Meet Sinem, MiSynth’s lead researcher and superstar in the field of neurotech, while she explains her background, the research process, and what she thinks the impact of BCI’s will be fifty years from now!
Can you please provide some of your background in neuroscience and technology?
I (soon will) have a PhD in Neuroscience and a Master’s in Biomedical Engineering. I’ve been interested in neuroscience and technology since I was a teenager.
What sparked your interest in working in the field of neurotech?
I have to admit I am very new to the field of neurotech. The technology is advancing so fast now and becoming so much cheaper as well as less invasive— just more accessible. People have even developed noninvasive BCI prosthetics and BCI VR games. It is a very exciting time in the field I think.
What drew you to joining the MiSynth team?
I think the project is extremely interesting and has the potential to be a widely adapted use of BCI.
Pretend you are speaking to a second-grader. How would you describe the way MiSynth works?
Think of a sound. MiSynth tries to guess that sound by measuring activity from your brain. It has seen activity from brains thinking of sounds before, and tries to use that to guess what sound you’re thinking.
Can you explain a little bit about how the research process works?
We’re in the super early stages of our research right now and we’re just getting started. Let’s take timbre as an example. We have several hypotheses about how we could extract imagined timbre information from EEG responses. We conduct experiments to test out these hypotheses, so we can leverage the most relevant elements. We will then train machine learning models to predict timbre from these elements. We’re not sure what’s going to work right now, so we’ll have to iterate over our models and collect more data.
What is the biggest challenge that you are currently facing in regards to the research and how do you think you will be able to solve it?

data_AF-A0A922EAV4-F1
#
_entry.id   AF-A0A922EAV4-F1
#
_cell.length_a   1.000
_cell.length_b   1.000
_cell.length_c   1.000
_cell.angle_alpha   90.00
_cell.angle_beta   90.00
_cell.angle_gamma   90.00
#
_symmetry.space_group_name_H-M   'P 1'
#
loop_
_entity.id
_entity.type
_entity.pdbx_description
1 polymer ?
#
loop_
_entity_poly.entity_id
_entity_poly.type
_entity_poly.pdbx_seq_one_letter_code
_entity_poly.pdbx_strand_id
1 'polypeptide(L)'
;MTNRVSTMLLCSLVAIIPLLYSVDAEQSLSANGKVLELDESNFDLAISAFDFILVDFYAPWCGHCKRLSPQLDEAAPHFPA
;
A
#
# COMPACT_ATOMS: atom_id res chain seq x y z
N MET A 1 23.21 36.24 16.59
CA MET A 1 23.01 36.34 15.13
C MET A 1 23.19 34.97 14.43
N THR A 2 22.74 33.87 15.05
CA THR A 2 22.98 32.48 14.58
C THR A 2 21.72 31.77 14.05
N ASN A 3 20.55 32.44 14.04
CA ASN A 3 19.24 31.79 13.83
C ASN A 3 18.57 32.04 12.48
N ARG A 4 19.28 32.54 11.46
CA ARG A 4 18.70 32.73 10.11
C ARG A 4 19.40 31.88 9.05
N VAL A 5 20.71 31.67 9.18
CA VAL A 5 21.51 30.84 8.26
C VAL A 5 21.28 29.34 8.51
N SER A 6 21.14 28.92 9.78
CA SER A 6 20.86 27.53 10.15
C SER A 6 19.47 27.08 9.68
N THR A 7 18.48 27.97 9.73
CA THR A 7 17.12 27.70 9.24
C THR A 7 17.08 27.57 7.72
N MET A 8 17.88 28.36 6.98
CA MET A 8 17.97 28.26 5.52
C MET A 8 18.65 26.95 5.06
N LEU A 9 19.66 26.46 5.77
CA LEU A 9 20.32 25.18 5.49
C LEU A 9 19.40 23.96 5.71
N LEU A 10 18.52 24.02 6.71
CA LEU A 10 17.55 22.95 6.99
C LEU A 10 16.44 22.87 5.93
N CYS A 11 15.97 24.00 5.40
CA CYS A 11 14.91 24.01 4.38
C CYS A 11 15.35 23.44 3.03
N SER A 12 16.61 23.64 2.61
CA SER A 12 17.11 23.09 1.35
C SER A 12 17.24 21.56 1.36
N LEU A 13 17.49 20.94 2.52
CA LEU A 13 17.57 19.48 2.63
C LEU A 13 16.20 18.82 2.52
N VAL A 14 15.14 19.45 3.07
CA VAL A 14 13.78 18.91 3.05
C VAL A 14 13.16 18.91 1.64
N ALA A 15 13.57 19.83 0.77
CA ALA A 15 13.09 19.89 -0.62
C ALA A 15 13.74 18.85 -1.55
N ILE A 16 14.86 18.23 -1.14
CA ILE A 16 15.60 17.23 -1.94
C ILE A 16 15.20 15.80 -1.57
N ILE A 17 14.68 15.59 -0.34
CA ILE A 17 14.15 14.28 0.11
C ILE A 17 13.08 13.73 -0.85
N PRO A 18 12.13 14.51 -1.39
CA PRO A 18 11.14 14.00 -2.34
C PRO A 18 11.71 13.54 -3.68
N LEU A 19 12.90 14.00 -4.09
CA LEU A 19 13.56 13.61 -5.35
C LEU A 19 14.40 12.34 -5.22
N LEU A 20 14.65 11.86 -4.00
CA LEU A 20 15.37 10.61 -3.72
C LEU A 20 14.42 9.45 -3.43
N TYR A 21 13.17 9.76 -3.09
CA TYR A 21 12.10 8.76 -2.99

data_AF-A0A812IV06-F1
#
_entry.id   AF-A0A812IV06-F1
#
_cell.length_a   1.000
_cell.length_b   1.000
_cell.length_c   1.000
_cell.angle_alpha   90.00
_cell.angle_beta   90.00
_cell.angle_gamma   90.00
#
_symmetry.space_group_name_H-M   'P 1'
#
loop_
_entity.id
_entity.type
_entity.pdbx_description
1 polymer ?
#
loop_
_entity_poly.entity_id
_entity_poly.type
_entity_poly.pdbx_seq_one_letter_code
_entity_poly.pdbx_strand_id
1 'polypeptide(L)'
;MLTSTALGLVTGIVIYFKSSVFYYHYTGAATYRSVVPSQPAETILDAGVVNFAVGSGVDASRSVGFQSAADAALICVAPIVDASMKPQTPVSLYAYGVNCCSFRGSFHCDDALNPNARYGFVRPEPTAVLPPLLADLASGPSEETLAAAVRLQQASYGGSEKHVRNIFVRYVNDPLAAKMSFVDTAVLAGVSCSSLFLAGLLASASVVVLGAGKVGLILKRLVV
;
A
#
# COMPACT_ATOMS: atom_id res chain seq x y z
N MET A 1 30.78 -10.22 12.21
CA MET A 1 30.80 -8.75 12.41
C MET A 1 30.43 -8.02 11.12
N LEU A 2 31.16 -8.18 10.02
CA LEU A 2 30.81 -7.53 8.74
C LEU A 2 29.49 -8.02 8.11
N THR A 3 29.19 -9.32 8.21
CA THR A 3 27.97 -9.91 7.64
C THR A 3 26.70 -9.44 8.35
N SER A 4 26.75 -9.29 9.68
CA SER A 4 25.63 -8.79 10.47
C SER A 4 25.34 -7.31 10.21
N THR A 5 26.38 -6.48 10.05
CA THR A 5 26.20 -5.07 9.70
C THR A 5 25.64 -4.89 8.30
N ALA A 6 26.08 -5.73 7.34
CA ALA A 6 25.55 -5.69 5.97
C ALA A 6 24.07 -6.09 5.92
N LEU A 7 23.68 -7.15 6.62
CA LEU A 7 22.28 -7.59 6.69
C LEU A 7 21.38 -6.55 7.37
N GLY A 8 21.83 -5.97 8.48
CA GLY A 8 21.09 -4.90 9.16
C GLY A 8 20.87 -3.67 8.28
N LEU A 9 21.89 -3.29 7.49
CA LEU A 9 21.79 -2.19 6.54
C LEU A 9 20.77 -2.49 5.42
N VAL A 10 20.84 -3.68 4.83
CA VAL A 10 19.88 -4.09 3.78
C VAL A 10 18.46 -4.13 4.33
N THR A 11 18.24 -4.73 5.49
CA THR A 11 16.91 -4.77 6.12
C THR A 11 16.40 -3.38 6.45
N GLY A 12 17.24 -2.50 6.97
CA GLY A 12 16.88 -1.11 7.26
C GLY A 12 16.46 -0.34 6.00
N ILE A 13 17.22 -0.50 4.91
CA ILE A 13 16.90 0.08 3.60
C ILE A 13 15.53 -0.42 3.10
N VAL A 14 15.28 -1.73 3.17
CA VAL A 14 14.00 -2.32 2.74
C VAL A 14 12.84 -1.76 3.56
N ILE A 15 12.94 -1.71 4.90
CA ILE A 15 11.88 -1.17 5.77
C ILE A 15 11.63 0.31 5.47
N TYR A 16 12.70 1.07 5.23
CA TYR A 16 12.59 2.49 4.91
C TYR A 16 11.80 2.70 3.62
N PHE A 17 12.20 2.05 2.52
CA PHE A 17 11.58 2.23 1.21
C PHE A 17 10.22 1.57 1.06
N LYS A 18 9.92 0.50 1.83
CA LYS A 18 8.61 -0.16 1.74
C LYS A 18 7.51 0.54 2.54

Machine learning architectures are taking off, but it’s going to be a challenge to find the architecture for our specific problem. This we can only tackle with trial and error. Another challenge is going to be the amount of data. Not that much research has been done on imagined music, although a few datasets are publically available. We are considering different options as to how to solve this problem. Using platforms like Brains@Play, is one option, where anyone with a BCI can participate in our experiments.
What do you think is the biggest misconception that most people have about BCIs?
Well it’s still a very niche market, so I’m not sure how many misconceptions there are floating around. I know BCIs can bring up philosophical issues around the separation of mind and brain, but I think that’s a much longer and nuanced discussion.
Where do you see the future of BCI technology five years from now? Fifty years?
I think five years from now, the trend will continue with BCIs becoming more popular as more mobile and consumer devices become available. In fifty years, I think it may be an extension of our bodies we use everyday, much like smart phones.
Is there anything else you’d like to share with our readers?
MiSynth has the potential to democratize music production and to be an invaluable tool for musicians of all experience levels.